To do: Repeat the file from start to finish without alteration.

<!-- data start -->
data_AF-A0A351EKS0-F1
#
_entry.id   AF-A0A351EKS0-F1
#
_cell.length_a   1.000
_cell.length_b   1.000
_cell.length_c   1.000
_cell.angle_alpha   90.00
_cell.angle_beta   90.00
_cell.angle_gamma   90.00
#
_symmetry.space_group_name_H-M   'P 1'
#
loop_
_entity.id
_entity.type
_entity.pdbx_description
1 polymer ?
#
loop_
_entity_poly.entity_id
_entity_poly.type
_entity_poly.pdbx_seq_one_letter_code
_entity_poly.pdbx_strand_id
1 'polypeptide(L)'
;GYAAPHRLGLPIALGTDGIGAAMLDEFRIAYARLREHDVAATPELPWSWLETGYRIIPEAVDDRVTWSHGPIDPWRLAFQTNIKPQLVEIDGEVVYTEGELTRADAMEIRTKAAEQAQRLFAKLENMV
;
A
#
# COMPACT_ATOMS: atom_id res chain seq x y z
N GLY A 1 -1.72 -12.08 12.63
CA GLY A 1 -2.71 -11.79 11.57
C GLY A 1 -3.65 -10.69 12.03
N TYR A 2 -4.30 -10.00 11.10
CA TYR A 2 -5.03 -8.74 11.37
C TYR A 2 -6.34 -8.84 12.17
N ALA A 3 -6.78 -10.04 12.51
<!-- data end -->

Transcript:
data_AF-A0A351EKS0-F1
#
_entry.id   AF-A0A351EKS0-F1
#
_cell.length_a   1.000
_cell.length_b   1.000
_cell.length_c   1.000
_cell.angle_alpha   90.00
_cell.angle_beta   90.00
_cell.angle_gamma   90.00
#
_symmetry.space_group_name_H-M   'P 1'
#
loop_
_entity.id
_entity.type
_entity.pdbx_description
1 polymer ?
#
loop_
_entity_poly.entity_id
_entity_poly.type
_entity_poly.pdbx_seq_one_letter_code
_entity_poly.pdbx_strand_id
1 'polypeptide(L)'
;GYAAPHRLGLPIALGTDGIGAAMLDEFRIAYARLREHDVAATPELPWSWLETGYRIIPEAVDDRVTWSHGPIDPWRLAFQTNIKPQLVEIDGEVVYTEGELTRADAMEIRTKAAEQAQRLFAKLENMV
;
A
#
# COMPACT_ATOMS: atom_id res chain seq x y z
N GLY A 1 -1.72 -12.08 12.63
CA GLY A 1 -2.71 -11.79 11.57
C GLY A 1 -3.65 -10.69 12.03
N TYR A 2 -4.30 -10.00 11.10
CA TYR A 2 -5.03 -8.74 11.37
C TYR A 2 -6.34 -8.84 12.17
N ALA A 3 -6.78 -10.04 12.51